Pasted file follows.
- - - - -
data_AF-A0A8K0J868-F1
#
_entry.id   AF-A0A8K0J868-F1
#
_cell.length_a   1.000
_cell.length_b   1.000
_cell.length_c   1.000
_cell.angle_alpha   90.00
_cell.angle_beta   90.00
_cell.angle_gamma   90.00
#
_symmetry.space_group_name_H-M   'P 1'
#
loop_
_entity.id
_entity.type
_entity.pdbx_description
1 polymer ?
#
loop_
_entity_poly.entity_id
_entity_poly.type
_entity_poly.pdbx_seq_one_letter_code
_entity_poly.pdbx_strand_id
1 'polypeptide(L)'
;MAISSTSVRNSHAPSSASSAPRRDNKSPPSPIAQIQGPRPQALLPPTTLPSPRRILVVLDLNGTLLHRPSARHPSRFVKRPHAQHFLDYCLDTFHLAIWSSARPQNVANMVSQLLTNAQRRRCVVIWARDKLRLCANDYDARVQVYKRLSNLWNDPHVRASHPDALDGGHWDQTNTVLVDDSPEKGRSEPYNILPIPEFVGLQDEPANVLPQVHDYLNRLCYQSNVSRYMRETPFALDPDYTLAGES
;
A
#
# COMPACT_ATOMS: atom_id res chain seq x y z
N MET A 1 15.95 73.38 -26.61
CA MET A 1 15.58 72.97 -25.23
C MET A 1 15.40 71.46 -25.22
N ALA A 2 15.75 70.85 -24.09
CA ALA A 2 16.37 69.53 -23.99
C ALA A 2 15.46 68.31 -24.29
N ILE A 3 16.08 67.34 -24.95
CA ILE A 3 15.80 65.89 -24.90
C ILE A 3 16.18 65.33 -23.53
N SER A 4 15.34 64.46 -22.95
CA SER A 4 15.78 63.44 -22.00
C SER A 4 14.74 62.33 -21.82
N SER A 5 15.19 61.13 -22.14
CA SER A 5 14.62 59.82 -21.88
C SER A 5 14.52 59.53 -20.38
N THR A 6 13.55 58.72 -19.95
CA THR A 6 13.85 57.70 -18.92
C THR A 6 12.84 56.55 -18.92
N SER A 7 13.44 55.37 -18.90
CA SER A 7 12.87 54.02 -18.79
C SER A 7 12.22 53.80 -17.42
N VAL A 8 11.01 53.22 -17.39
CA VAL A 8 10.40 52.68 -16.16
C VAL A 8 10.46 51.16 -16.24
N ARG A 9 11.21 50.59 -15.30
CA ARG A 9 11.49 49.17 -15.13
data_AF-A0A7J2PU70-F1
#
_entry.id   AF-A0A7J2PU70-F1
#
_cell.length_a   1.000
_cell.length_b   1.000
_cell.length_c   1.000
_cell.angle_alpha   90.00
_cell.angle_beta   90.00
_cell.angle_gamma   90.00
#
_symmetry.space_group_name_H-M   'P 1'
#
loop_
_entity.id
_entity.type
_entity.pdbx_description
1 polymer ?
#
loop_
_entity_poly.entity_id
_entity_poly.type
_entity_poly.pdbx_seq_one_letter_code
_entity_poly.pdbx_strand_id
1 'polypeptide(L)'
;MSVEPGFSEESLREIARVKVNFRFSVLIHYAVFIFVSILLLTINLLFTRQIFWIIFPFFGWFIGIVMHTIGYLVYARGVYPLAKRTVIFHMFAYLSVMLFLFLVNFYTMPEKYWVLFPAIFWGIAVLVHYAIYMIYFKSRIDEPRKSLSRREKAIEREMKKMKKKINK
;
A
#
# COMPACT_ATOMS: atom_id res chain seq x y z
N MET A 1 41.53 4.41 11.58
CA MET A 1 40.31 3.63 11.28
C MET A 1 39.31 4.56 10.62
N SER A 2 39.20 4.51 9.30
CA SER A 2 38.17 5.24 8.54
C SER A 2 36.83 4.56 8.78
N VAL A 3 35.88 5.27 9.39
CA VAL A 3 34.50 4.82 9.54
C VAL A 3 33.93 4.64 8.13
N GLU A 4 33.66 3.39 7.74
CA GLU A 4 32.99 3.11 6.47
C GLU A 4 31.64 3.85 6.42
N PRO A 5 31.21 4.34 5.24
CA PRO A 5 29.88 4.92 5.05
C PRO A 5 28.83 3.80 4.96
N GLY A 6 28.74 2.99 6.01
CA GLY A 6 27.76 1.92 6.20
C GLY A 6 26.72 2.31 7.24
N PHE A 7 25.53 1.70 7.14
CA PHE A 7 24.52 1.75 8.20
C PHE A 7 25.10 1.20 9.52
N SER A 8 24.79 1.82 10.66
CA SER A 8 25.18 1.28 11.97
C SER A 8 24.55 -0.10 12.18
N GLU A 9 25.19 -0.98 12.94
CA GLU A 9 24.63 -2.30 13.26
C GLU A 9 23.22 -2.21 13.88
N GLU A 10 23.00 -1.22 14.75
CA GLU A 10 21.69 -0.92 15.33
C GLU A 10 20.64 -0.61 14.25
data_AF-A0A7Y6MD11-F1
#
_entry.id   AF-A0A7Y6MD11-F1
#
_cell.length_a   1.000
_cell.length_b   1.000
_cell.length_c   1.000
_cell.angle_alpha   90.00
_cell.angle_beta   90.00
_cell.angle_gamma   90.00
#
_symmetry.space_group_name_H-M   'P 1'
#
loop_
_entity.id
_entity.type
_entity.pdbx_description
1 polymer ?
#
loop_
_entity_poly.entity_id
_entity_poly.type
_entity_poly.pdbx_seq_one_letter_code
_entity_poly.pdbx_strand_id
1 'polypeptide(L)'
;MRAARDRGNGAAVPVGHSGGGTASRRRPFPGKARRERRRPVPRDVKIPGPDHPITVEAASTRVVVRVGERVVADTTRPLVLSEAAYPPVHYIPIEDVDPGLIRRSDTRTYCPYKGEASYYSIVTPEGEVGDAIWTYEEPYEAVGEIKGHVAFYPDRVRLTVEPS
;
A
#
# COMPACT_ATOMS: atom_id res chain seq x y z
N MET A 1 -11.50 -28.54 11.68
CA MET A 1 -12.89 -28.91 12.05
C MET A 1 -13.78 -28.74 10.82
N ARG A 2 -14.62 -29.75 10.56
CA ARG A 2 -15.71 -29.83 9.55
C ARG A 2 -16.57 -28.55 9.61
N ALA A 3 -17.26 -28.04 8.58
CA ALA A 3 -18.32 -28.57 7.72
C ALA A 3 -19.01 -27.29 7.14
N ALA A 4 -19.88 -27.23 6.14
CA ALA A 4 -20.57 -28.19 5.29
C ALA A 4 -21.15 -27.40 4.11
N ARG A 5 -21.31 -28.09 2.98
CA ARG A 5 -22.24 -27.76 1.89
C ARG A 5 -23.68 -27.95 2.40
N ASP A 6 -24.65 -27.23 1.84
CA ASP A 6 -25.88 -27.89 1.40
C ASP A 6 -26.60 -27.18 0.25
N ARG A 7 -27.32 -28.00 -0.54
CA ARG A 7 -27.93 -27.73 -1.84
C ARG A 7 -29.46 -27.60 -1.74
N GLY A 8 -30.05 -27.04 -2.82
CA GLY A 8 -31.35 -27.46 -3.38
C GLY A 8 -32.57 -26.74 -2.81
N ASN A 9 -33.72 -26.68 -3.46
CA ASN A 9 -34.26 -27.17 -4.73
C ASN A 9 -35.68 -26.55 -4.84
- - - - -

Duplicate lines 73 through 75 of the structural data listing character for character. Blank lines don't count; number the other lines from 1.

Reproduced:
_entity.pdbx_description
1 polymer ?
#